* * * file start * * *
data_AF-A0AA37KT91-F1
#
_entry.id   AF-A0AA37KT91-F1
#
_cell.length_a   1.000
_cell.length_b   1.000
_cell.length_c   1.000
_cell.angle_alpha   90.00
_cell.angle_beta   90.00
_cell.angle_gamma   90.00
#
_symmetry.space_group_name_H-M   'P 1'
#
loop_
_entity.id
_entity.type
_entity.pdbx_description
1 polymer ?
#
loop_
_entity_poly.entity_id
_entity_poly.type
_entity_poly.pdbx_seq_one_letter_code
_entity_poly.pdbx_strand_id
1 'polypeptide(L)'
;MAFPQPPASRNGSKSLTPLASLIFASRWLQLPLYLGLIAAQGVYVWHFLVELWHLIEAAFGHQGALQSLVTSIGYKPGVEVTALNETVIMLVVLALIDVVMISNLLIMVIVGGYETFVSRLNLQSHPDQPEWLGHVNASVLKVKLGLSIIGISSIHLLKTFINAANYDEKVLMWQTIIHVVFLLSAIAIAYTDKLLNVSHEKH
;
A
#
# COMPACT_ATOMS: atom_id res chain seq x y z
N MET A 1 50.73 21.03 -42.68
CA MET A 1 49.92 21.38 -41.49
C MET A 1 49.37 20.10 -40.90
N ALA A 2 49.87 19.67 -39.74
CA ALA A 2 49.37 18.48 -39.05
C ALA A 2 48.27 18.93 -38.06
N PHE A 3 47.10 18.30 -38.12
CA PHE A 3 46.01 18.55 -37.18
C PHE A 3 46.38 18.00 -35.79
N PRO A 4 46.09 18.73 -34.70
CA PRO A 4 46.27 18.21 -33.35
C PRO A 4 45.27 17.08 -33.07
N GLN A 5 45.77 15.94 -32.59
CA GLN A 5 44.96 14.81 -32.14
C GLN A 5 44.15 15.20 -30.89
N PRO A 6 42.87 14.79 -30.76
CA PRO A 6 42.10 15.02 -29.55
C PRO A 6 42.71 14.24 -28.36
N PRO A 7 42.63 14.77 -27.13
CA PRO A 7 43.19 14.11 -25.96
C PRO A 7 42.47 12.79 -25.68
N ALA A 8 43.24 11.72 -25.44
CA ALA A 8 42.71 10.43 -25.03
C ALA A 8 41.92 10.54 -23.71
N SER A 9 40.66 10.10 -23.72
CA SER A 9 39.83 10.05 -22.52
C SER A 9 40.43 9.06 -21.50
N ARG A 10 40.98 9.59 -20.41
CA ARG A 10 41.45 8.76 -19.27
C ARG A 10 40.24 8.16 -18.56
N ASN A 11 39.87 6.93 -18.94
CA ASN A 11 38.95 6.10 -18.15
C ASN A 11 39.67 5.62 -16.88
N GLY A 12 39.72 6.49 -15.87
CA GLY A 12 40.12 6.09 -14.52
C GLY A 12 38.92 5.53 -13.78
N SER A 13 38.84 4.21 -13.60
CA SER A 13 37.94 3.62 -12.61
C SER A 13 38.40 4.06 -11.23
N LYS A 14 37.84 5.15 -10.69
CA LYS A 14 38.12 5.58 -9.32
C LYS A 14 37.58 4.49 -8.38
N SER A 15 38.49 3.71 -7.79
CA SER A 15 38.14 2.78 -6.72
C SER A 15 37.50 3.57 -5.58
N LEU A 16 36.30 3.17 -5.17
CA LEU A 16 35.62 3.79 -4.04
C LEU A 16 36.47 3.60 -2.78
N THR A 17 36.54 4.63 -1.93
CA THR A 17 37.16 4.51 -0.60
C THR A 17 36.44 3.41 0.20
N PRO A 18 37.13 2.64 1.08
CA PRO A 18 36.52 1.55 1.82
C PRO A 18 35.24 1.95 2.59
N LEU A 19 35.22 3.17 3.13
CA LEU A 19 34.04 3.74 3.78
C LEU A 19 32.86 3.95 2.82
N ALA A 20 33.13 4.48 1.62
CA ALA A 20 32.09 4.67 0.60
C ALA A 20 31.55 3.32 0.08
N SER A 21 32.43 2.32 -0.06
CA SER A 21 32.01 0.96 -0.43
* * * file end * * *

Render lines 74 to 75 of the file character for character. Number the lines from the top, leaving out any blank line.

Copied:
CA SER A 15 38.14 2.78 -6.72
C SER A 15 37.50 3.57 -5.58